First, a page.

It was no surprise that all had read this novel when it came out first. With great keenness we came together to experience the thrill again and share our appreciation. We kept in mind what Arundhati Roy said of the novel: “It is easy to forget it is a political novel. It is about caste, about violence, about contemporary things. … The most ugly thing about our country, and our culture, is caste. It is there in the book. And please don't forget that.”

Ayemenem, with the Meenachal river sustaining its luxuriance, is the Eden where the twins, Estha and Rahel, grow up. Arundhati Roy is its most diligent observer, recording the ordinary things with the memorable precision of a poet's eye. Did she keep a diary in her childhood, or is this entire world recalled from the deep recesses of her adult mind?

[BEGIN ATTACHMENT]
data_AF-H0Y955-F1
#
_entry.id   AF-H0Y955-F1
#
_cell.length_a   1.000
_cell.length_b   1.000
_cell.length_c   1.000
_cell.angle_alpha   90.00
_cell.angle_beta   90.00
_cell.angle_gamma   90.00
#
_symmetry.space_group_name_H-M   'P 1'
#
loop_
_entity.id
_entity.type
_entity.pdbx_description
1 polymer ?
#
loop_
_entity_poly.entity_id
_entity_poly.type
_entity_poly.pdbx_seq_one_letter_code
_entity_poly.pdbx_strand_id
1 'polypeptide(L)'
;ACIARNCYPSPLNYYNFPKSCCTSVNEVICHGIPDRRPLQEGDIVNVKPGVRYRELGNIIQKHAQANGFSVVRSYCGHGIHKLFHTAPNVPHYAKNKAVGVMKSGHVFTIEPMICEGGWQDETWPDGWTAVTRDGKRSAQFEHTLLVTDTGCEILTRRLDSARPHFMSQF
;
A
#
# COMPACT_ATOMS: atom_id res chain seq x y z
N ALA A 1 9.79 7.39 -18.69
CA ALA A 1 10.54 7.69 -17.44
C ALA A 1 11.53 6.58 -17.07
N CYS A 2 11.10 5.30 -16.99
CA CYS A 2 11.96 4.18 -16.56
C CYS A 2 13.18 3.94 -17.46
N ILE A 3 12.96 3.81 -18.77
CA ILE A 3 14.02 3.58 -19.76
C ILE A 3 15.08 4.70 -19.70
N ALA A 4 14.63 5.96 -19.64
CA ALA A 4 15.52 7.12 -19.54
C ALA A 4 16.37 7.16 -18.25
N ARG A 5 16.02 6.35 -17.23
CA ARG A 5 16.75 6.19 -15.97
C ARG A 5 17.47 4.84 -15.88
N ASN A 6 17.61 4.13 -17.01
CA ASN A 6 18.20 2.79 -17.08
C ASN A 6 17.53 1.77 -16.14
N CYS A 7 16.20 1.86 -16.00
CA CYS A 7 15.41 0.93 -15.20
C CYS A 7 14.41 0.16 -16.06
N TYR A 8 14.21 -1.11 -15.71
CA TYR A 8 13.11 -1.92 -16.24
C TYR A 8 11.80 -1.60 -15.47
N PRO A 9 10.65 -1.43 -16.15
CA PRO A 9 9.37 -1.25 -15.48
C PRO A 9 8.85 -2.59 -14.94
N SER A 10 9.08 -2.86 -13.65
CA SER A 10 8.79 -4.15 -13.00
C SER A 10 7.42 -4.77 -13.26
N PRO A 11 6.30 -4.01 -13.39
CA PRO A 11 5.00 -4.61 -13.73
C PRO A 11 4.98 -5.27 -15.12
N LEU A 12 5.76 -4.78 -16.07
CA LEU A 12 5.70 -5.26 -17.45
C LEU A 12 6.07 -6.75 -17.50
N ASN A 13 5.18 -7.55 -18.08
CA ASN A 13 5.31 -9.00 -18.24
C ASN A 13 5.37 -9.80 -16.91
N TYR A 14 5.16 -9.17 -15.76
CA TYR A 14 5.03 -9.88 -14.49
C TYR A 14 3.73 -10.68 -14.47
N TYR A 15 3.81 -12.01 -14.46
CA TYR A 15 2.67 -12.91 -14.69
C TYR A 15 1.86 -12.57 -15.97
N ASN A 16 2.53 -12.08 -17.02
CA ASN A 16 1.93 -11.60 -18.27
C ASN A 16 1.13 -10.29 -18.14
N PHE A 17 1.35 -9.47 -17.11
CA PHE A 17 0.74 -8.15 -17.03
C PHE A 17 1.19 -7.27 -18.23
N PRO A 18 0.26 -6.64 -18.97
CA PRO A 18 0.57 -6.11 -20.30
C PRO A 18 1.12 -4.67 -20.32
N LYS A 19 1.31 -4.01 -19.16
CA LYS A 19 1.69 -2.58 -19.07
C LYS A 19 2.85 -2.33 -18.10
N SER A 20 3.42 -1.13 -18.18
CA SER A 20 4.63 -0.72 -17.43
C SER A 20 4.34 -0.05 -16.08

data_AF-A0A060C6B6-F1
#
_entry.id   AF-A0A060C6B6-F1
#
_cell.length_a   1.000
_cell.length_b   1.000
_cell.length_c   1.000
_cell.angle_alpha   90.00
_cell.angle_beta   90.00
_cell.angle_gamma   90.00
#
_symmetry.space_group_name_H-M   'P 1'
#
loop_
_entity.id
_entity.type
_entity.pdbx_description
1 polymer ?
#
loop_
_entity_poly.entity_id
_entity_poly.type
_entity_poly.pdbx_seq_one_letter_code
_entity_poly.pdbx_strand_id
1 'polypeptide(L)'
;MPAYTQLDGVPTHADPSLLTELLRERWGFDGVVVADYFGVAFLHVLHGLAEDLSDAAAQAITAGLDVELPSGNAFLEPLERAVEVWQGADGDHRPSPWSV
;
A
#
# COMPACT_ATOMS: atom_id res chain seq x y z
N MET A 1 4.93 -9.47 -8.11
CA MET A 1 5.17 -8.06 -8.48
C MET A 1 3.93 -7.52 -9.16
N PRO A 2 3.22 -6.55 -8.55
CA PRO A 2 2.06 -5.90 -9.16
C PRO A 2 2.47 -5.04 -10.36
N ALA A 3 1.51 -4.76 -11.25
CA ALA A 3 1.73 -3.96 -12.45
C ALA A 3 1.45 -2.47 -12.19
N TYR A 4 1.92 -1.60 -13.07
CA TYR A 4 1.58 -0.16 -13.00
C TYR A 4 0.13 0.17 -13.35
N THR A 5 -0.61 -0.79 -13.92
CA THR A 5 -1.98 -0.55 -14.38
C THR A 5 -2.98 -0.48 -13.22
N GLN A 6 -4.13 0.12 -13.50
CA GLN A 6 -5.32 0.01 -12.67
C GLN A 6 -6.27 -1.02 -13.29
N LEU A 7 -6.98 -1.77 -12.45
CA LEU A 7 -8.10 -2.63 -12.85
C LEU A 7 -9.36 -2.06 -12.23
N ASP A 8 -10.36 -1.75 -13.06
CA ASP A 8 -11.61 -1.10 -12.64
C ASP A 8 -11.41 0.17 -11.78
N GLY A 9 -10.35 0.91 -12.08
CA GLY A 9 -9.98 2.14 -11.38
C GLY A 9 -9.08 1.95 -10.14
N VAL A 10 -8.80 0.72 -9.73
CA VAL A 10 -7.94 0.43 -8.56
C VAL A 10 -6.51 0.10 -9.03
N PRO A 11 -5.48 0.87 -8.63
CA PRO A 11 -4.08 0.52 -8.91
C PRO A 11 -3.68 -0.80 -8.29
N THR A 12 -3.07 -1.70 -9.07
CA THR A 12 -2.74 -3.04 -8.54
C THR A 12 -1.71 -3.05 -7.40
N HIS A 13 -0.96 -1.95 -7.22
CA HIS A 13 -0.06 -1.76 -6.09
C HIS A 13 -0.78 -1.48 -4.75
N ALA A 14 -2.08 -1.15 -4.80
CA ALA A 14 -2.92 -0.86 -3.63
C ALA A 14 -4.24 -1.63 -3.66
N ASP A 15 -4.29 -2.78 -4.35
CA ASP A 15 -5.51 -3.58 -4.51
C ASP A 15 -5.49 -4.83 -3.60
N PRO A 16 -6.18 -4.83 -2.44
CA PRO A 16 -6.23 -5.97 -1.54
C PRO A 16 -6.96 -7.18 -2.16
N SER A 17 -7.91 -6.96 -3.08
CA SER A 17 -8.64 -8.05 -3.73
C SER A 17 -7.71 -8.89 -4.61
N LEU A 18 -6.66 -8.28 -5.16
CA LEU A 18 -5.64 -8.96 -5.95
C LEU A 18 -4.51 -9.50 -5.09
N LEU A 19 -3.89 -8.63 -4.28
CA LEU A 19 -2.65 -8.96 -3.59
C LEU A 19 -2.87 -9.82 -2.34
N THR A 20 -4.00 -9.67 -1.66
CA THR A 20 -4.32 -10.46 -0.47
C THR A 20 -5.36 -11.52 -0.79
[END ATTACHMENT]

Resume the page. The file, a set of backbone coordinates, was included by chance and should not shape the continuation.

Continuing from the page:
Bobby (away facing), Kavita, KumKum, Priya, Thommo, Mathew, Sunil
The most arresting feature of Arundhati Roy's style is the wealth of similes and metaphors, at times overwhelming the reader like a pelting of hail. Somewhere she remarks that the structure of the novel was the most difficult part of the writing, but she lost the painstakingly-made architectural plan of the book in the mêlée at her place soon after the book was published.

Bobby, Kavita, KumKum, and Priya

When the eloquent homilies of her political books on power and powerlessness are forgotten, this novel will remain, and be read and studied. So why can she not oblige with a second novel, she who said in her famous Come September speech: “For reasons that I don't fully understand, fiction dances out of me, and non-fiction is wrenched out by the aching, broken world I wake up to every morning.” See